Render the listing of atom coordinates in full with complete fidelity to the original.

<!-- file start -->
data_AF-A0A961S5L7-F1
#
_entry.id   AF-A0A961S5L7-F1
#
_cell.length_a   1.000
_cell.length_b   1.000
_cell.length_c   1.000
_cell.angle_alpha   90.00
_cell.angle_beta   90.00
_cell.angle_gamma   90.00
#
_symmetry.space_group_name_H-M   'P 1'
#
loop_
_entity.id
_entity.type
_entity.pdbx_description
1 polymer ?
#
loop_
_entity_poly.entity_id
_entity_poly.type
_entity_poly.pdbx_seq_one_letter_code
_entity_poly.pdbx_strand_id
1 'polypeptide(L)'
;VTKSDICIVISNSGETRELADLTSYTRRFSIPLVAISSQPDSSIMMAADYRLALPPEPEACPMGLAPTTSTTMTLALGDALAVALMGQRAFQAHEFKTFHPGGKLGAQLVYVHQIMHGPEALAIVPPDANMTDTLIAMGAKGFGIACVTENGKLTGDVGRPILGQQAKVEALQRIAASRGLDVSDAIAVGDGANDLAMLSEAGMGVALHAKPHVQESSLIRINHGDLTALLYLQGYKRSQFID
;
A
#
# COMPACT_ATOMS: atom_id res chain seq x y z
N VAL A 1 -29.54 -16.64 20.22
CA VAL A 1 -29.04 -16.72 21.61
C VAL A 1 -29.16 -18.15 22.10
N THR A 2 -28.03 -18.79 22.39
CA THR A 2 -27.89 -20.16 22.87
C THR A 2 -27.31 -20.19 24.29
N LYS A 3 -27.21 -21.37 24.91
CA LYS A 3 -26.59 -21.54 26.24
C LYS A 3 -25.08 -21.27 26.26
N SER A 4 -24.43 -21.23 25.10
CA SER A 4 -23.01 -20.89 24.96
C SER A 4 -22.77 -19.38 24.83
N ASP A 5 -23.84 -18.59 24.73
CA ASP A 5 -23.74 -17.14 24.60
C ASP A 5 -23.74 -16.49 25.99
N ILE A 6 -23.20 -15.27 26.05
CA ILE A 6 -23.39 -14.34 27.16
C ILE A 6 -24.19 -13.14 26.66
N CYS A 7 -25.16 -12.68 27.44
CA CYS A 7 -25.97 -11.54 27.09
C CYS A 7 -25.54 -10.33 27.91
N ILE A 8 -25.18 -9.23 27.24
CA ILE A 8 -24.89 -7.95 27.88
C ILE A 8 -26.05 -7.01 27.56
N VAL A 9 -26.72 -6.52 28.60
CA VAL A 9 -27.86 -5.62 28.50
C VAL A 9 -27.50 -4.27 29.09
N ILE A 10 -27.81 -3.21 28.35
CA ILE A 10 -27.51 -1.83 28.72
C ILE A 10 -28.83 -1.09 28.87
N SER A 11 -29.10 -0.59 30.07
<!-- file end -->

data_AF-A0A961S5L7-F1
#
_entry.id   AF-A0A961S5L7-F1
#
_cell.length_a   1.000
_cell.length_b   1.000
_cell.length_c   1.000
_cell.angle_alpha   90.00
_cell.angle_beta   90.00
_cell.angle_gamma   90.00
#
_symmetry.space_group_name_H-M   'P 1'
#
loop_
_entity.id
_entity.type
_entity.pdbx_description
1 polymer ?
#
loop_
_entity_poly.entity_id
_entity_poly.type
_entity_poly.pdbx_seq_one_letter_code
_entity_poly.pdbx_strand_id
1 'polypeptide(L)'
;VTKSDICIVISNSGETRELADLTSYTRRFSIPLVAISSQPDSSIMMAADYRLALPPEPEACPMGLAPTTSTTMTLALGDALAVALMGQRAFQAHEFKTFHPGGKLGAQLVYVHQIMHGPEALAIVPPDANMTDTLIAMGAKGFGIACVTENGKLTGDVGRPILGQQAKVEALQRIAASRGLDVSDAIAVGDGANDLAMLSEAGMGVALHAKPHVQESSLIRINHGDLTALLYLQGYKRSQFID
;
A
#
# COMPACT_ATOMS: atom_id res chain seq x y z
N VAL A 1 -29.54 -16.64 20.22
CA VAL A 1 -29.04 -16.72 21.61
C VAL A 1 -29.16 -18.15 22.10
N THR A 2 -28.03 -18.79 22.39
CA THR A 2 -27.89 -20.16 22.87
C THR A 2 -27.31 -20.19 24.29
N LYS A 3 -27.21 -21.37 24.91
CA LYS A 3 -26.59 -21.54 26.24
C LYS A 3 -25.08 -21.27 26.26
N SER A 4 -24.43 -21.23 25.10
CA SER A 4 -23.01 -20.89 24.96
C SER A 4 -22.77 -19.38 24.83
N ASP A 5 -23.84 -18.59 24.73
CA ASP A 5 -23.74 -17.14 24.60
C ASP A 5 -23.74 -16.49 25.99
N ILE A 6 -23.20 -15.27 26.05
CA ILE A 6 -23.39 -14.34 27.16
C ILE A 6 -24.19 -13.14 26.66
N CYS A 7 -25.16 -12.68 27.44
CA CYS A 7 -25.97 -11.54 27.09
C CYS A 7 -25.54 -10.33 27.91
N ILE A 8 -25.18 -9.23 27.24
CA ILE A 8 -24.89 -7.95 27.88
C ILE A 8 -26.05 -7.01 27.56
N VAL A 9 -26.72 -6.52 28.60
CA VAL A 9 -27.86 -5.62 28.50
C VAL A 9 -27.50 -4.27 29.09
N ILE A 10 -27.81 -3.21 28.35
CA ILE A 10 -27.51 -1.83 28.72
C ILE A 10 -28.83 -1.09 28.87
N SER A 11 -29.10 -0.59 30.07